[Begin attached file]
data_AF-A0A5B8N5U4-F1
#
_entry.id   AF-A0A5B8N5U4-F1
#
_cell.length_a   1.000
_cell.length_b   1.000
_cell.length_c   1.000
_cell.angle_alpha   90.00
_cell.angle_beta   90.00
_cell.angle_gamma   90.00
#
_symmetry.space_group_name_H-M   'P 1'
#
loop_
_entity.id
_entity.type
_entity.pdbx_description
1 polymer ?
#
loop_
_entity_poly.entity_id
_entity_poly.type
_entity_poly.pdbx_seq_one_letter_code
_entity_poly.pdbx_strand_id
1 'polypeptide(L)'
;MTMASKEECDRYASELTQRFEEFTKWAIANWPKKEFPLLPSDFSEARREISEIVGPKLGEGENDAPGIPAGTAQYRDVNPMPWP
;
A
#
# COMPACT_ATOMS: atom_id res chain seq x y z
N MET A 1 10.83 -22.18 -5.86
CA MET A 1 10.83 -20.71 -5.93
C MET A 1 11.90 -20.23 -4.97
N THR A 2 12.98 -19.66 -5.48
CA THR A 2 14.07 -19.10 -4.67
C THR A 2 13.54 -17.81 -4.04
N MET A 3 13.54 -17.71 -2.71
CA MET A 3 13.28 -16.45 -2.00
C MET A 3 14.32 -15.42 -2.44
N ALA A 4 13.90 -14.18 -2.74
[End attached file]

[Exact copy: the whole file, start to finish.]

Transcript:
data_AF-A0A5B8N5U4-F1
#
_entry.id   AF-A0A5B8N5U4-F1
#
_cell.length_a   1.000
_cell.length_b   1.000
_cell.length_c   1.000
_cell.angle_alpha   90.00
_cell.angle_beta   90.00
_cell.angle_gamma   90.00
#
_symmetry.space_group_name_H-M   'P 1'
#
loop_
_entity.id
_entity.type
_entity.pdbx_description
1 polymer ?
#
loop_
_entity_poly.entity_id
_entity_poly.type
_entity_poly.pdbx_seq_one_letter_code
_entity_poly.pdbx_strand_id
1 'polypeptide(L)'
;MTMASKEECDRYASELTQRFEEFTKWAIANWPKKEFPLLPSDFSEARREISEIVGPKLGEGENDAPGIPAGTAQYRDVNPMPWP
;
A
#
# COMPACT_ATOMS: atom_id res chain seq x y z
N MET A 1 10.83 -22.18 -5.86
CA MET A 1 10.83 -20.71 -5.93
C MET A 1 11.90 -20.23 -4.97
N THR A 2 12.98 -19.66 -5.48
CA THR A 2 14.07 -19.10 -4.67
C THR A 2 13.54 -17.81 -4.04
N MET A 3 13.54 -17.71 -2.71
CA MET A 3 13.28 -16.45 -2.00
C MET A 3 14.32 -15.42 -2.44
N ALA A 4 13.90 -14.18 -2.74